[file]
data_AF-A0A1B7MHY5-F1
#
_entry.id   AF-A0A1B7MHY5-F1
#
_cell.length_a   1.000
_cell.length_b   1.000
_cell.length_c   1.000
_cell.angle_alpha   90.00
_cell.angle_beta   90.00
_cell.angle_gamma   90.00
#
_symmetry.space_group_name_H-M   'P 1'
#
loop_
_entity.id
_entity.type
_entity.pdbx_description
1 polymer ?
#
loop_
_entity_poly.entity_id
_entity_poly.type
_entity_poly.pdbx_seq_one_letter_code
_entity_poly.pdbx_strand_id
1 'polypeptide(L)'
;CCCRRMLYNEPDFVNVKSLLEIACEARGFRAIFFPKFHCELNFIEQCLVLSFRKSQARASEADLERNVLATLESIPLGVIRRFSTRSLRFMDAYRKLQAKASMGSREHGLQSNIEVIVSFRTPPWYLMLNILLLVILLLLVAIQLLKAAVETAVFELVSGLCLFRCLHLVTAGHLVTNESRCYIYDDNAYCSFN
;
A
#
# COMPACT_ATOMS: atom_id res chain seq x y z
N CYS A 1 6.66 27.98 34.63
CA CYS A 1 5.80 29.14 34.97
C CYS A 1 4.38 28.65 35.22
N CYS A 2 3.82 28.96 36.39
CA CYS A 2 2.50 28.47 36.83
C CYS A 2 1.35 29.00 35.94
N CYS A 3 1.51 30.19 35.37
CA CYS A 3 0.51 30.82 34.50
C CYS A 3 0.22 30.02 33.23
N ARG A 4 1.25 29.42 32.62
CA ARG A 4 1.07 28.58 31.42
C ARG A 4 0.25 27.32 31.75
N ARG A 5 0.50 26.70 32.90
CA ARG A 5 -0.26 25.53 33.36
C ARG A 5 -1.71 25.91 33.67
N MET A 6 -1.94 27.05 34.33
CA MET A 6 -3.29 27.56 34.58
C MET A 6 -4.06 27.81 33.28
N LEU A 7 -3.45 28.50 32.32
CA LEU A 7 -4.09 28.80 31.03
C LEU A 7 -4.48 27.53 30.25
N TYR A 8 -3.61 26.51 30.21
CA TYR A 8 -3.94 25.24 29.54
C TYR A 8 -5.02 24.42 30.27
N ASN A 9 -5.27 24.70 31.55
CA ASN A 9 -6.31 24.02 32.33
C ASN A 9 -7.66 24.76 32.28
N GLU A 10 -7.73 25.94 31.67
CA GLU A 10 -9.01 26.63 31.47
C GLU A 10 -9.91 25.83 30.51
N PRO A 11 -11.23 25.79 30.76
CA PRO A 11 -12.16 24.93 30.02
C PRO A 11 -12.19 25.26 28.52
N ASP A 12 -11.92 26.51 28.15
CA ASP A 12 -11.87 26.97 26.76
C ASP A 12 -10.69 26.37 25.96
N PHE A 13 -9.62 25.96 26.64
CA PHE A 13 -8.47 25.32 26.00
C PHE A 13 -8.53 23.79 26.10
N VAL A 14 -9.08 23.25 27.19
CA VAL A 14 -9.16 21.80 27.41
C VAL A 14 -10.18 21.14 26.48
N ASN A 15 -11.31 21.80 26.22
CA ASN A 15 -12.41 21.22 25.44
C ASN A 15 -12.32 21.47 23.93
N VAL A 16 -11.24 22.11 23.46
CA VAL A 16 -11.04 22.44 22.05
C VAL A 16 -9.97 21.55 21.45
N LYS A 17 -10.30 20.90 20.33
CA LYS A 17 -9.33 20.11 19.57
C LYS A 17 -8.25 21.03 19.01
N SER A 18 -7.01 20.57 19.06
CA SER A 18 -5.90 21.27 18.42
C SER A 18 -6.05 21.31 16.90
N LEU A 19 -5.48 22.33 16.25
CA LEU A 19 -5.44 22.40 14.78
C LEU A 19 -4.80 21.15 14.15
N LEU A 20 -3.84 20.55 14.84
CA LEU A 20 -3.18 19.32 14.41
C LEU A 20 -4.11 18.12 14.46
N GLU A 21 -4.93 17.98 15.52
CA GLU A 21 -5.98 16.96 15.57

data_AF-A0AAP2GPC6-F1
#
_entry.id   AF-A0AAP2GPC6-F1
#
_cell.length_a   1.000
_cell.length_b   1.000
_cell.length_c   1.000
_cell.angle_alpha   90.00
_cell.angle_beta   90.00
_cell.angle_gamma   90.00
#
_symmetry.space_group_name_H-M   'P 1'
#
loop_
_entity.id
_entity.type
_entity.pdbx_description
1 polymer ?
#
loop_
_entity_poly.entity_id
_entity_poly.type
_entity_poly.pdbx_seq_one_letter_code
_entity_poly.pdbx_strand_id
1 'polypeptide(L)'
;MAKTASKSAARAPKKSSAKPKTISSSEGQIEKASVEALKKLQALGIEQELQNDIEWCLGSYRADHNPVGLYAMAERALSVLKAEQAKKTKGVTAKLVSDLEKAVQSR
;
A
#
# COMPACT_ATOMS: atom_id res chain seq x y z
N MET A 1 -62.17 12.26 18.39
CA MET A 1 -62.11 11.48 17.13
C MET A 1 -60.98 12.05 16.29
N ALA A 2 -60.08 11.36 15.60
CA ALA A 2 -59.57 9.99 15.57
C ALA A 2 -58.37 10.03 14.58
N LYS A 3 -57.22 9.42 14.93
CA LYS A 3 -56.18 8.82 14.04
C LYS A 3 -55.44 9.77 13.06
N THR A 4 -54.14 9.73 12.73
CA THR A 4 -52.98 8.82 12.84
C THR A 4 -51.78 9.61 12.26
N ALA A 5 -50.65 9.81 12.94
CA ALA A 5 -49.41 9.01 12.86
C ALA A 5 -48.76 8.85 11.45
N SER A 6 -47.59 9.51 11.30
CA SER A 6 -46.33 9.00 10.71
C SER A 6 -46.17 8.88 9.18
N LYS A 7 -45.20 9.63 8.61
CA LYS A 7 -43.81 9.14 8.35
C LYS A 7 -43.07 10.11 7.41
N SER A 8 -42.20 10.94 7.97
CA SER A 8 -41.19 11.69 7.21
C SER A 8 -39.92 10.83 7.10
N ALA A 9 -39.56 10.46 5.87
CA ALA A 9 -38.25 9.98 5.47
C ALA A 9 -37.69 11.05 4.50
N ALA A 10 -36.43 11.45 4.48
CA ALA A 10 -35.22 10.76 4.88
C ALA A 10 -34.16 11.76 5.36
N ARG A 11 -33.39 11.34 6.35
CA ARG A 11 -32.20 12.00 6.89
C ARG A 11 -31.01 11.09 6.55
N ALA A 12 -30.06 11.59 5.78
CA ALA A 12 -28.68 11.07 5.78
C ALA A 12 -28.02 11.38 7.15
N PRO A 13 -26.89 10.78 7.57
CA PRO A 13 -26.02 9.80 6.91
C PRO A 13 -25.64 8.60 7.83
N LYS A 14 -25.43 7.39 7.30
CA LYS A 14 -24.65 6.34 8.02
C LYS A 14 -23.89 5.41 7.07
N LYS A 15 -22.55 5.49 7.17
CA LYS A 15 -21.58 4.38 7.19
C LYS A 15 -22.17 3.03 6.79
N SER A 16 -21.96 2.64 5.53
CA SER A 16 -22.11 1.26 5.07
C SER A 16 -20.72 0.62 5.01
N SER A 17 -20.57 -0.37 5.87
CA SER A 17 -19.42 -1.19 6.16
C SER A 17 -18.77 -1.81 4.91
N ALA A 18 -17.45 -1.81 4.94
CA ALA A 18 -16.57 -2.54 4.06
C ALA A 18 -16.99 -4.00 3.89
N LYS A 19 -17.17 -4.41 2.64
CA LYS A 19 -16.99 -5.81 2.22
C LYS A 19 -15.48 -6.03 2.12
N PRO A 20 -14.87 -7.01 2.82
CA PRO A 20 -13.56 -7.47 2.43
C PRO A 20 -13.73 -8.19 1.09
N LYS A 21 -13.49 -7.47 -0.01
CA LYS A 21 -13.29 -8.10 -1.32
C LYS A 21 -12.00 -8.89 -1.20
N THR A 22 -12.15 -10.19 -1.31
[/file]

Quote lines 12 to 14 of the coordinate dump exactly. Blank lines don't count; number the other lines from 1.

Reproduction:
_symmetry.space_group_name_H-M   'P 1'
#
loop_